Are you ready to stop renting and buy your home?

Published March 30, 2020
by Better

A Light Blue Bungalow Style Home with a Stone Chimney on a Sunny Evening

Summertime is the busiest homebuying season of the year. If you’re a renter who’s thinking about buying a home, this guide can help you decide if buying is the right move for you. We’ve listed some of the pros and cons to both renting and buying to highlight some aspects that can get overlooked.

What You’ll Learn

When renting a home makes sense

The practical and financial benefits of buying a home

How your life planning can impact the decision to buy

There are benefits to renting

For most people the biggest benefit of renting is that compared to the down payment needed to buy property, renting doesn’t require much cash upfront. Landlords or property managers typically require a security deposit and there may be some fees associated with connecting utilities, but renters don’t face closing costs or a down payment the way they would when buying.

Since they don’t own the property, renters have less responsibility than homeowners. It’s the landlord who covers the taxes and, in most cases, maintenance and repairs of the property. If, for example, there’s a storm and a tree branch breaks a window, it’s up to the landlord to have that fixed. Renters also have the freedom at the end of their lease without having to do the work of selling the property.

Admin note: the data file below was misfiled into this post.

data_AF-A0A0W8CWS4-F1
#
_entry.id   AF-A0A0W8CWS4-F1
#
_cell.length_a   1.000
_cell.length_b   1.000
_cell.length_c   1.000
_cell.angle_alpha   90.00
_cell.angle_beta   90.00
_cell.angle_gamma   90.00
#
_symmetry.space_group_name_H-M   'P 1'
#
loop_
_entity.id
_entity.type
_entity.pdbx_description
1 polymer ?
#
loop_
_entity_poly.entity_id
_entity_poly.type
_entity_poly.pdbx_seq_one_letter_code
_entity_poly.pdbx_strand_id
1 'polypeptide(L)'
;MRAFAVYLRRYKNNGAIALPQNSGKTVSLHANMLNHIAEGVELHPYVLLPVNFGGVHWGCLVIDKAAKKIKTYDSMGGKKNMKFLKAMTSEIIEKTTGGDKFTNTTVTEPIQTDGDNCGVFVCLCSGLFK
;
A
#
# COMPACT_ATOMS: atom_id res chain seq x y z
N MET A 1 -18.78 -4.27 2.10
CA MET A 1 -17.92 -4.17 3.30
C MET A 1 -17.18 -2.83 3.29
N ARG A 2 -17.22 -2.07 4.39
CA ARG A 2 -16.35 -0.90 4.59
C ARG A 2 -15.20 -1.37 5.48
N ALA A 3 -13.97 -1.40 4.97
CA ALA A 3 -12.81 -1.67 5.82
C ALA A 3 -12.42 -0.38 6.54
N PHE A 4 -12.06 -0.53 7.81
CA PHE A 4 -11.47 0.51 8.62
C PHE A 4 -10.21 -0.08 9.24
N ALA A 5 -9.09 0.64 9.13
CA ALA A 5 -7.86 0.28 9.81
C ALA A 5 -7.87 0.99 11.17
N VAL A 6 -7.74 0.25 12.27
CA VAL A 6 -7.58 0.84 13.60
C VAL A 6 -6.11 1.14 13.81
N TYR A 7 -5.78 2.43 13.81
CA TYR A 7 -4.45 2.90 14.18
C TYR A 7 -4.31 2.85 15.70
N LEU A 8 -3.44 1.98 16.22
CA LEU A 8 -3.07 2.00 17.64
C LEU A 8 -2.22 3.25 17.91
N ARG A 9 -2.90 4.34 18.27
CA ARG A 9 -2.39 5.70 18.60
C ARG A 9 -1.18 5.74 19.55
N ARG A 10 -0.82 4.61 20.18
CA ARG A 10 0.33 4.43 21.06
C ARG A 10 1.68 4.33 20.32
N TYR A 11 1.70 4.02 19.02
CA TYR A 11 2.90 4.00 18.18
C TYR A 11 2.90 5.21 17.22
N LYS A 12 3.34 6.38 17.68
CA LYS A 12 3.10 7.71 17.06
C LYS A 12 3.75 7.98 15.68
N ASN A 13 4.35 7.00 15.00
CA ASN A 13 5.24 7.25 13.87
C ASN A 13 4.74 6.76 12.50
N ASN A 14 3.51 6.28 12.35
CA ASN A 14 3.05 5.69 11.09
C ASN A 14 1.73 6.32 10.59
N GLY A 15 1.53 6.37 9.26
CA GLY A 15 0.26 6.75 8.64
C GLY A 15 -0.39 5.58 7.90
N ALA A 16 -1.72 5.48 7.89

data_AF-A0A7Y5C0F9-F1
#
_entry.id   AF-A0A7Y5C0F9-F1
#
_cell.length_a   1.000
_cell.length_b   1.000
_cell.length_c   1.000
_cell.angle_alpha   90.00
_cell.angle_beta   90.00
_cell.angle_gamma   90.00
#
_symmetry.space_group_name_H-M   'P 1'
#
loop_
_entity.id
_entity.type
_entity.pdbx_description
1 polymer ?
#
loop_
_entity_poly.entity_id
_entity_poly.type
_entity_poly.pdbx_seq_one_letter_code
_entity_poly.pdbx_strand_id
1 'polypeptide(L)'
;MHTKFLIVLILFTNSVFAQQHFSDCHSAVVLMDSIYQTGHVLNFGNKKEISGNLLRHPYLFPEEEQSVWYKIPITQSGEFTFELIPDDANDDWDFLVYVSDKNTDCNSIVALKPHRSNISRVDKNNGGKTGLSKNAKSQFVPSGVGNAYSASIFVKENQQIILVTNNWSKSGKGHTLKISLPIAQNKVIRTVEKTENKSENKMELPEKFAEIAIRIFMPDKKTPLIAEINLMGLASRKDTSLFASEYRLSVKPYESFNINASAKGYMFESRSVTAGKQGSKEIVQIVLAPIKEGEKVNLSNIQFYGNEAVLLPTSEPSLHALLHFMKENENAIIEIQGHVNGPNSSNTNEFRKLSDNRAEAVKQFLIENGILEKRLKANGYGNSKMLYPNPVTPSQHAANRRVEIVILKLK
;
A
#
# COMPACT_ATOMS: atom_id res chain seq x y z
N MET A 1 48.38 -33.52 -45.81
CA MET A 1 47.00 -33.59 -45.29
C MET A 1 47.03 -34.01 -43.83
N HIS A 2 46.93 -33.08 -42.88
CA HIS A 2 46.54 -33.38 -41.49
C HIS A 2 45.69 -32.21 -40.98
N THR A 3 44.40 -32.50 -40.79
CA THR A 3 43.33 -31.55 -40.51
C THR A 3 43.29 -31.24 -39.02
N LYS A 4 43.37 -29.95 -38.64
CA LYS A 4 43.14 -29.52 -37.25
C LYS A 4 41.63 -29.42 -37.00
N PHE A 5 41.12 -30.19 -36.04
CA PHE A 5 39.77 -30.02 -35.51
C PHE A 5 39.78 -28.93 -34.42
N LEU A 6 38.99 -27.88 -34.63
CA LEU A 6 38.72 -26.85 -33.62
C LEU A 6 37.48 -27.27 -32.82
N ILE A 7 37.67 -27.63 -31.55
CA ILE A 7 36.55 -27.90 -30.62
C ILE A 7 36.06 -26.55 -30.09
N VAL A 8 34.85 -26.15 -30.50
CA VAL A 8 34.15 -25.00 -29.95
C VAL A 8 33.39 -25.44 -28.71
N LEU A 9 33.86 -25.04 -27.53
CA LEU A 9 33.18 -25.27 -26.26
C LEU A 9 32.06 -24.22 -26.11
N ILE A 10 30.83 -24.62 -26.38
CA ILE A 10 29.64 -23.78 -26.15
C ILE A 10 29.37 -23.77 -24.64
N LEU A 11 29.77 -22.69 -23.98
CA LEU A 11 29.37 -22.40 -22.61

There are benefits to owning

The best thing to remember when comparing renting with buying a home is the concept of ownership. When you buy a home, you are responsible for the taxes and maintenance for that home, but that means that you have control over how things are maintained and upgraded. One of the biggest drawbacks of being a renter is that you often have little control over what the landlord thinks is a suitable fix.

When you buy a home, you’re investing your money and building equity. When you pay rent, there is no return on that money. When you pay a mortgage, you’re paying down a loan to eventually own the property outright. If you sell your home and the value has increased, you have the potential to make money on it. Even if the value hasn’t increased, you’re likely to at least get back some of what you paid into it.

Another financial benefit to owning your home is the possibility of tax deductions. When you take tax deductions into consideration, the true cost of a mortgage may actually lower than it seems at face value.

It all comes down to life planning

Owning a home is a commitment, but it’s also an investment. Like any investment, you need to factor the cost into your life plan. The upfront costs of buying a home can be intimidating but there are a number of first time homebuyers assistance programs to make a down payment affordable. Take a look at our first-time homebuyers guide.

Ultimately the decision comes down to what makes sense for you. If you’re considering buying a home and building equity, you can use our affordability calculator to get an idea of how much house you can afford. Even if you aren’t yet ready to start home shopping, it can give you perspective to compare how much you could be spending on a mortgage payment versus how much you’re spending on rent.

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